COVID-19 reinfections probably rare, according to Italian study
COVID-19 infection was 94% less likely in people previously infected than in those never infected, according to a research letter late last week in JAMA Internal Medicine. However, the researchers note, their study concluded before COVID-19 variants became dominant.
The researchers followed 1,579 COVID-positive patients and 13,496 COVID-negative patients who received reverse transcription-polymerase chain reaction (RT-PCR) diagnoses from February to July 2020 in Lombardy, Italy. After an average follow-up time of 280 days (end date, Feb 28, 2021), 5 previously COVID-infected patients tested positive again via RT-PCR (0.3%), and 528 people were infected for the first time (3.9%).
The hazard ratio for reinfection compared with initial infection was 0.06 (95% confidence interval, 0.05 to 0.08). Incidence density was 1.0 per 100,000 person days for those with a prior infection and 15.1 for those without.
Patients were a median age of 59, and most were older or from the industrial area of Legnano. Reinfection was defined as a second positive RT-PCR test at least 90 days from the first positive diagnosis and with at least two consecutive negative diagnoses in between.
“Because it is likely that immunization plus history of natural infection is better protection than natural infection alone, all persons should be encouraged to get vaccinated even if they have been previously infected with SARS-CoV-2,” adds Mitchell H. Katz, MD, in an editor’s note.
May 28 JAMA Intern Med study and editor’s note
Previous COVID-19 linked to risk of adverse events post-vaccination
An increased risk of adverse events after the first Pfizer/BioNTech COVID-vaccine dose was associated with previous COVID-19 infection, according to a letter to the editor late last week in the Journal of Infection.
The researchers surveyed 974 UK healthcare workers (mean age, 48.9 years) who received their first dose of the Pfizer vaccine. One in four (27.2%) had a previous positive PCR or antibody test result, and 30 of them said they were experiencing long COVID (median duration, 9.3 months).
Female sex and younger age were associated with increased risk of COVID-19 vaccination adverse events, but data also showed that those with previous COVID infections were associated with more vaccine symptoms (1.61 vs 0.89) and vaccine symptom severity (2.7 vs 1.5 symptom-days) after adjustments were made for age and sex. The most common symptoms were fever, fatigue, muscle pain, joint pain, and lymph node pathology. Long COVID-19 was not linked with an increase in adverse events post-vaccination.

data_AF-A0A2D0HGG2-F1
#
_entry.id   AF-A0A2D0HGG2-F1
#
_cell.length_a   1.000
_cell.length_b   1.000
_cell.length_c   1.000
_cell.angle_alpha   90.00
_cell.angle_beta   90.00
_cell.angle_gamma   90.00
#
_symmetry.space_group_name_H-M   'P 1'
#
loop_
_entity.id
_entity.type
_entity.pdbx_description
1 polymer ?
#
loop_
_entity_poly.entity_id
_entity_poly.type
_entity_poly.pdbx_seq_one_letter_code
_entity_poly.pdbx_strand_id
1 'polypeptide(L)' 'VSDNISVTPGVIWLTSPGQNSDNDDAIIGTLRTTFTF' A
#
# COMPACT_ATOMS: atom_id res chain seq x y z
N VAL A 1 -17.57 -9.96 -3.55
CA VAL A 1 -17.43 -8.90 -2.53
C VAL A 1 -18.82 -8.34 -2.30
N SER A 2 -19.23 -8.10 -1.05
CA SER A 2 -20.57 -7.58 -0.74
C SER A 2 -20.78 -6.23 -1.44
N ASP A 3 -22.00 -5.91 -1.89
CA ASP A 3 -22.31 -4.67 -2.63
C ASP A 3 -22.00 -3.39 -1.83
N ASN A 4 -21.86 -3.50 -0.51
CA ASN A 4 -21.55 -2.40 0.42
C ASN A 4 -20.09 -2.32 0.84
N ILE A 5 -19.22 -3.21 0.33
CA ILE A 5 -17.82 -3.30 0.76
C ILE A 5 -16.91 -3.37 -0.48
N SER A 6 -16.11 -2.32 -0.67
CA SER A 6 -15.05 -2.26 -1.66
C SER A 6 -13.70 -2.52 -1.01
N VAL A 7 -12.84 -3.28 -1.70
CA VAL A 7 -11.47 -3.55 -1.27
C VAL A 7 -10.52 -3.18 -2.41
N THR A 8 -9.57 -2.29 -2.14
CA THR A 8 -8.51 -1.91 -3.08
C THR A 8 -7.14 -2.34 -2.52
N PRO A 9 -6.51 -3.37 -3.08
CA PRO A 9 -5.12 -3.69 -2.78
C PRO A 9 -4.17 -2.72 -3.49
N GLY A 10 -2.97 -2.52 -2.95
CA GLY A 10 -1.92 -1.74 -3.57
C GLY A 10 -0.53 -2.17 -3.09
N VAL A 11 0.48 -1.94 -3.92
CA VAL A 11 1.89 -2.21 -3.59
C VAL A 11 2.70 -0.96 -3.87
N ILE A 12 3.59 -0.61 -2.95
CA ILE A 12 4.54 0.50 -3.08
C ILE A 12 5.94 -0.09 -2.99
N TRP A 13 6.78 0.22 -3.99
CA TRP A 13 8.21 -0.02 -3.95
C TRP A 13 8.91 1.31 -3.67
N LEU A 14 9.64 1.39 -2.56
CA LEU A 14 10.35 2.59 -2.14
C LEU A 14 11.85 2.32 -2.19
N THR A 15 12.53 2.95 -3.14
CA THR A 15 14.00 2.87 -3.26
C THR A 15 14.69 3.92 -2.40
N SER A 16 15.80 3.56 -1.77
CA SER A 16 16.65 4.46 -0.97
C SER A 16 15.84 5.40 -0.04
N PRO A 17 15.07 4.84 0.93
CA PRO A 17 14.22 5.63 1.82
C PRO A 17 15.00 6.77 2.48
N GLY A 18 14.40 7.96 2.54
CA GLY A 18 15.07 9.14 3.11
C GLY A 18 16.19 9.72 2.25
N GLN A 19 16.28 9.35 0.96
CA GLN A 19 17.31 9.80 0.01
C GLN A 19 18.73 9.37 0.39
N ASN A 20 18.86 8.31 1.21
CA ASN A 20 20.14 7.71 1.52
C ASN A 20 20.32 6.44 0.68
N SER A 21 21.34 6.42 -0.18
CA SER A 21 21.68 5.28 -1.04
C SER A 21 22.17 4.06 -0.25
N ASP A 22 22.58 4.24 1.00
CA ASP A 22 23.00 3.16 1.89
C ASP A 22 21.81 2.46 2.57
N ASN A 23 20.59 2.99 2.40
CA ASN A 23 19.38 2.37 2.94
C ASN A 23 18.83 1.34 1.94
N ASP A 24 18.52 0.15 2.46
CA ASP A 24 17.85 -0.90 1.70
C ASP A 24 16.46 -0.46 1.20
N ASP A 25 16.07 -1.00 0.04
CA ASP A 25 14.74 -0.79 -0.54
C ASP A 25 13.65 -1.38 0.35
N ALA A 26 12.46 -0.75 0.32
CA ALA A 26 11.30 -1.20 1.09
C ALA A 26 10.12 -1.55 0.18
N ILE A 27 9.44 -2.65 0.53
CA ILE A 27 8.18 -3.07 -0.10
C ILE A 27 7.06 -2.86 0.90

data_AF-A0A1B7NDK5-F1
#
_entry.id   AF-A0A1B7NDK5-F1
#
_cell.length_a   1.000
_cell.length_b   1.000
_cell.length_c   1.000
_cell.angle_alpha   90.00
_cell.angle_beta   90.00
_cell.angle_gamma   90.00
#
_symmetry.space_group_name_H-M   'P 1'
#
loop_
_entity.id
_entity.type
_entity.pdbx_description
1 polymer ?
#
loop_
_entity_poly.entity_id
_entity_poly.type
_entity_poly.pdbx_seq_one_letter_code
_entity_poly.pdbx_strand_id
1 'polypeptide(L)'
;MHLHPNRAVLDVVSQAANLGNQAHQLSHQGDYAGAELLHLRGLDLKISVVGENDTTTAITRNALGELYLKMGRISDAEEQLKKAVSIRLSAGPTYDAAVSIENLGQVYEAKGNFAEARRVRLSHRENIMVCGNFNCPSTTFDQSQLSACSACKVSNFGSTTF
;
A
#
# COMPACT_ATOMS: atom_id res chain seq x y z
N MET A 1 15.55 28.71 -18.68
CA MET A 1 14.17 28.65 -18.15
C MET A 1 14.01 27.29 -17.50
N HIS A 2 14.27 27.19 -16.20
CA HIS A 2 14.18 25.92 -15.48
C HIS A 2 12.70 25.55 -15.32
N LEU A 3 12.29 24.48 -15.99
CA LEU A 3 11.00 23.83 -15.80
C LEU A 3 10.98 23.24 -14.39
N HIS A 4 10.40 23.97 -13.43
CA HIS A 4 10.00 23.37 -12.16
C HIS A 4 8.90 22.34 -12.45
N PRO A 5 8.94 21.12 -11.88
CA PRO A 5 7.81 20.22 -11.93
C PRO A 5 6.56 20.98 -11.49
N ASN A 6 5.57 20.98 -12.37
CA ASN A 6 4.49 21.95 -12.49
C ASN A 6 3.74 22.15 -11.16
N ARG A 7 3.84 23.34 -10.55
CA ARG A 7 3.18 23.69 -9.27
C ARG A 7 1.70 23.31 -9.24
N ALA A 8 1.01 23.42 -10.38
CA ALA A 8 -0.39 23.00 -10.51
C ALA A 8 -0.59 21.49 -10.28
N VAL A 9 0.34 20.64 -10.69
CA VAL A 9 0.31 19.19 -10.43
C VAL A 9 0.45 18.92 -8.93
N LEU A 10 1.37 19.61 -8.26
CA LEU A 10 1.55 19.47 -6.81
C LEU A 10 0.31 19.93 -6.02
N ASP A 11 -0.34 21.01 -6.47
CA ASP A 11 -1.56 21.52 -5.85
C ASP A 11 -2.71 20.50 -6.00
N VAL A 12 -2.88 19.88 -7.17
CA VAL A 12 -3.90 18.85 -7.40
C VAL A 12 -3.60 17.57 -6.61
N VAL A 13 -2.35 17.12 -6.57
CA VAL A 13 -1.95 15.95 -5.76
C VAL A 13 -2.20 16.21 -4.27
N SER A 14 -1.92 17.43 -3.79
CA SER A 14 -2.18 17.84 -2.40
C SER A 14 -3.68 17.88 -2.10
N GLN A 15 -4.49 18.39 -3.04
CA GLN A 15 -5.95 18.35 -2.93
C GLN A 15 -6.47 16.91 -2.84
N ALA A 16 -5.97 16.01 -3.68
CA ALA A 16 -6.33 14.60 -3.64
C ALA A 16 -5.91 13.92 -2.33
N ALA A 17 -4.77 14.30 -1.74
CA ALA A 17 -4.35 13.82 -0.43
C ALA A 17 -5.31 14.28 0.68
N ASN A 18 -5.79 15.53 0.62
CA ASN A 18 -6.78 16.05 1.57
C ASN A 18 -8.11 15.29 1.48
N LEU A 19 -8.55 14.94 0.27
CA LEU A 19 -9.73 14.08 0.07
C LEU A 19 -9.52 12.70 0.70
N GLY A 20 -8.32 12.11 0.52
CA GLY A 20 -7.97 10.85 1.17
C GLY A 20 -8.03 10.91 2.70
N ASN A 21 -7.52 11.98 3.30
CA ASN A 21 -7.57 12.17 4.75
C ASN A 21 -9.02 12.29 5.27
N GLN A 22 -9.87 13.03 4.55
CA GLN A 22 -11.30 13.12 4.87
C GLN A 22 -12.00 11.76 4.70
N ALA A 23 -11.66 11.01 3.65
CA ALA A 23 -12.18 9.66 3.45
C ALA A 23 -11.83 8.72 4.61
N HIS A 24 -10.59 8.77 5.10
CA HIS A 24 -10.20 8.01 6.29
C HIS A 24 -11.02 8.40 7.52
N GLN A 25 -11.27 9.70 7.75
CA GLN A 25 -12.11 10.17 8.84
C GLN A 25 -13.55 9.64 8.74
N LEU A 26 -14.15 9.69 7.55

“Importantly, among those with prior COVID-19, there was no significant relationship between illness-vaccine time interval and other composite score [of symptom nature and severity],” write the researchers, “nor any difference in mean time interval based on presence of any of the symptoms.”
May 29 J Infect study
First human H10N3 avian flu case detected in China
China’s National Health Committee (NHC) today reported the first known human H10N3 avian influenza case, which involves a 41-year-old man who sought care on Apr 28 for symptoms, including fever, that began a few days earlier.
In a statement, the NHC said his condition is stable and he is ready to be discharged from the hospital. Sequencing by the Chinese Center for Disease Control detected H10N3. An analysis found that the virus has an avian origin and has low pathogenicity for poultry.
Contact monitoring found no other cases, and the report did not note the source of the man’s infection. Officials said the epidemic risk is low and advised people to avoid contact with sick or dead poultry and to wear a mask when experiencing fever and respiratory symptoms.
Filip Claes, PhD, a lab coordinator with the United Nations Food and Agriculture Organization (FAO) told Reuters that H10N3 strain isn’t very common and has previously been found in wild birds and waterfowl in Asia and a few parts of North America, but not in poultry.
Jun 1 NHC statement
Jun 1 Reuters story
Minnesota announces farmed deer movement ban due to CWD
The Minnesota Department of Natural Resources (DNR) today announced a temporary ban on the movement of farmed deer across the state, following the discovery of chronic wasting disease (CWD) last week at a farm in Beltrami County.
The ban takes effect today and will last through Jul 31, the DNR said. The temporary ban will allow state officials to detect any connections between CWD discovered in Beltrami County and other deer herds across the state.
“This is a serious disease that poses a growing threat to Minnesota’s wild deer, and our actions must reflect that,” said DNR Commissioner Sarah Strommen in a press release. “The CWD detections at the Beltrami County farm, its connections to other farms in the state and the additional contamination outside of the farm, pose a risk to wild deer that requires emergency action.”
Last week the state announced 13 deer tested positive for the fatal prion disease in a herd of 55 deer in Beltrami County.
CWD was first detected in Minnesota in 2002, and since then the DNR has tested more than 90,000 wild deer in the state, with 115 confirmed positive.
Jun 1 Minnesota DNR press release